“Don’t be that guy” rape prevention campaign


Image from poster from www.globaltvedmonton.com

In Edmonton, Canada, a coalition of organizations called Sexual Assault Voices of Edmonton has launched a new rape prevention campaign targeting potential perpetrators. Their website describes the thinking behind this campaign:

Typically, sexual assault awareness campaigns target potential victims by urging women to restrict their behavior. Research is telling us that targeting the behavior of victims is not only ineffective, but also contributes to how much they blame themselves after the assault. That’s why our campaign is targeting potential offenders – they are the ones responsible for the assault and responsible for stopping it. By addressing alcohol-facilitated sexual assault without victim-blaming, we intend to mark Edmonton on the map as a model for other cities.

What you you think about this campaign?

(Thanks to Feministing for alerting me to this campaign.)

David Lee

David S. Lee, MPH, is the Director of Prevention Services at the California Coalition Against Sexual Assault (CALCASA) where he provides training and technical assistance on prevention. David manages the national project Prevention Connection, an online community of violence against women prevention practitioners, funders, researchers and activists. For over 29 years David has worked in efforts to end domestic violence and sexual assault.

Comments on this entry are closed.

  • Ashley November 23, 2010, 8:27 AM

    I like the intention to focus on perpetration. Is there a place to view more campaign materials? The negatives in this poster makes me wonder if the message could be reframed. Honestly, I can’t see past the fact that this woman needs desperately to be taken to the hospital – two bottles of wine and 2 bottles of something else. Holy hell.

    Seriously, though, what do YOU think?

  • Jenny Dills November 23, 2010, 8:39 AM

    It’s targeting a very specific behavior — alcohol-facilitated sexual assault. I do see the argument that it’s treating all men as potential perpetrators and that could have a negative impact. But, it’s also working to address the norms.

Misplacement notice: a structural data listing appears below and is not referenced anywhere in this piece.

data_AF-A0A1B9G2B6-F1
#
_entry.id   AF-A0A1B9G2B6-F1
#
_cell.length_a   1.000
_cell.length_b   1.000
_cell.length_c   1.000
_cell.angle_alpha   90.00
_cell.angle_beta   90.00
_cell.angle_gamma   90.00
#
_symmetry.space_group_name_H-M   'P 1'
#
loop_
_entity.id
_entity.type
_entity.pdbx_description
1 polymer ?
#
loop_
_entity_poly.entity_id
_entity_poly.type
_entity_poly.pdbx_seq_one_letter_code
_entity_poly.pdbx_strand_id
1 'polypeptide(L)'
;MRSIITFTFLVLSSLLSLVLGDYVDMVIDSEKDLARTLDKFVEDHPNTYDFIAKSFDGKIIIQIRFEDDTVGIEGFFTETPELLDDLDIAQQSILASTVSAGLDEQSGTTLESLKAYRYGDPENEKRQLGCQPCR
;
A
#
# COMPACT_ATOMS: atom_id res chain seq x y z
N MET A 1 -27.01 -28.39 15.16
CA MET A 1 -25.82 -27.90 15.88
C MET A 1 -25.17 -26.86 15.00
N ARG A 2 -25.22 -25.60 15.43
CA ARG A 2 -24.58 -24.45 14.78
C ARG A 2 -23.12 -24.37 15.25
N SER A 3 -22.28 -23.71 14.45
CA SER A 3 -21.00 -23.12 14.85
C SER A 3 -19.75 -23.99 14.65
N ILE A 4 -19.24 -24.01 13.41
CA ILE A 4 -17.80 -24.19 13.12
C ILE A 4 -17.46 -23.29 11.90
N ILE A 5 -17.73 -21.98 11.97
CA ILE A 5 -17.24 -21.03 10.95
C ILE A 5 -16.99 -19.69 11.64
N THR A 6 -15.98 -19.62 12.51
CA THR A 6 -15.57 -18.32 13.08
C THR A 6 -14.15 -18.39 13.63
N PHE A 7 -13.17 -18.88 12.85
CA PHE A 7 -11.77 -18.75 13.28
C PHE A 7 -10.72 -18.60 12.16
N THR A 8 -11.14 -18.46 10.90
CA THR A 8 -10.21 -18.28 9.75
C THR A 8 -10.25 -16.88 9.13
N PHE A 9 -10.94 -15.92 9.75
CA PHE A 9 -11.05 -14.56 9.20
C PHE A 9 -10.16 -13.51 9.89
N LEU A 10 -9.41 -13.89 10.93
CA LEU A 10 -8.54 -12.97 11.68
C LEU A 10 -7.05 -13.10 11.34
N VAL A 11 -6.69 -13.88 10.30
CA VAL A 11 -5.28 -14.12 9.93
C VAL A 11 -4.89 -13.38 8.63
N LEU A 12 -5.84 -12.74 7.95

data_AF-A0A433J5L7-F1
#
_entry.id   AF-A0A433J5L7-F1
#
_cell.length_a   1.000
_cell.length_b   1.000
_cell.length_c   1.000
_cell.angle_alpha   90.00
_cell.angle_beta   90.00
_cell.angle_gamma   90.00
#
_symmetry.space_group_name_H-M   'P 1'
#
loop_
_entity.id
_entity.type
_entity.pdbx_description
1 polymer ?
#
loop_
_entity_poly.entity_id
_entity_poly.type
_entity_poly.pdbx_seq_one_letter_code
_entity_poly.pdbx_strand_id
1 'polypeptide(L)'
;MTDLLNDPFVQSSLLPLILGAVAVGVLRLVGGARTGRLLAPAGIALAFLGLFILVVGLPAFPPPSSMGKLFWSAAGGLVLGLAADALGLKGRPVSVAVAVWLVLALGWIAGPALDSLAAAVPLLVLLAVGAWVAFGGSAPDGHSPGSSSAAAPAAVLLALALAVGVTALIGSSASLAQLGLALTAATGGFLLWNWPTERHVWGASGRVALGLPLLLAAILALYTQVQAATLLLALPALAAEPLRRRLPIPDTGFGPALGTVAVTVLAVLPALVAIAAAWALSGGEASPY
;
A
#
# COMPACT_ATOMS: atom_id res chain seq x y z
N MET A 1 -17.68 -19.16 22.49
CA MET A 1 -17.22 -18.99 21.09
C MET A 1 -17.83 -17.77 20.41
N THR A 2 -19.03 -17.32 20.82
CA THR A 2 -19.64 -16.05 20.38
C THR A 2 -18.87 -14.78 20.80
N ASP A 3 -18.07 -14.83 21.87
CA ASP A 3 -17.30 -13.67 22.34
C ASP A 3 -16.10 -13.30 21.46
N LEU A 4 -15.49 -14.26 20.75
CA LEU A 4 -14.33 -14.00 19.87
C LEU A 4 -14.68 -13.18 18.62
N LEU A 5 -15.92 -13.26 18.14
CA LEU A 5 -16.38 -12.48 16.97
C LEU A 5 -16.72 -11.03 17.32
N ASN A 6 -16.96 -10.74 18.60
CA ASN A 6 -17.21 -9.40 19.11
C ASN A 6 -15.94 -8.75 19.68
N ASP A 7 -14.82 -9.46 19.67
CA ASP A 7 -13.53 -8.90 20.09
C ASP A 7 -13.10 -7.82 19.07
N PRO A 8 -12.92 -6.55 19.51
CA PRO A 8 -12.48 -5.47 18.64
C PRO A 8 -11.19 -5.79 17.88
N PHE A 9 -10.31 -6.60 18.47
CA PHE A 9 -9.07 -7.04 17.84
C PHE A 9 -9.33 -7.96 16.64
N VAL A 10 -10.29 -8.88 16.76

The discussion thread going on at Feministing is quite interesting. The notion of bystanders as chaperones or “designated watchers” vs. friends and acquaintances holding each other responsible and accountable. Seems like the former can very easily transform into victim blaming. I just hadn’t heard anyone describe bystanders as chaperones. I don’t quite agree that that is what they are or are encouraged to be…

  • Jody November 23, 2010, 9:08 AM

    I like that this is a campaign that the entire city of Edmonton is committed to. Too often we see these types of messages and they are only targeted at specific populations (colleges and universities for example). While I feel that these types of campaigns should continue at targeted populations, we cannot overlook the universal populations.
    Good job, Edmonton… and good luck!

  • ramesh kathanadhi November 23, 2010, 9:51 AM

    i am curious if other materials in this campaign help to set the victim and offender in a social context of family, friends, co workers etc.
    for instance, another way to focus on folks that choose to rape, is to place them in a family photo, ask what they talk about at breakfast with their grandma, show them in their professional roles (future or current) as doctors or university administrators.

    and i wonder how on college campuses to hold the reality that sexual harassment and rape happen in these scenarios but also in scenarios where elder adults have positions of authority, administrators, faculty, security…

    great work to keep the conversation moving.


  • James Landrith March 10, 2011, 6:14 PM

    I have mixed feelings about this campaign. I do like that it targets behaviours rather than telling survivors how to avoid being raped. However, the frequent portrayals of the campaign as “finally telling men not to be rapists” is more than a little minimizing to male rape survivors. Further, it does give the impression that only men commit rape and that they are all going to be rapist unless taught otherwise. Consent campaigns are an improvement, but I take offense at the concept that I have to be taught not to be a rapist. When I was the age of the target demographic – I was being raped – by a woman who used alcohol she bought to drug me.

    The woman who raped me BOUGHT my drinks for me and spiked the second one before doing what she wanted and then blackmailing me into silence. Of course, I’ve been told by both men and women that I must have wanted it, was at fault for drinking with a woman, men can’t be raped, women can be rapists and every other victim-blaming tidbit you can think up.

    Someone never told my rapist “Don’t Be That Gal.” 20 years, countless panic attacks, years of lost sleep, and thousands of dollars in therapy bills could have been avoided if she’d cared about consent herself. How many women violate the consent of their partners regularly, only to get away with it because female on male rape is considered a big joke, or worse – that he was asking for it (i.e., erections = consent, men can’t be raped, men always want sex).

    Somedays I hate her and other days I reserve my stronger emotions for those who make excuses for people (not just men) who violate consent and do what they want, when they want, without regard to the damage they leave behind.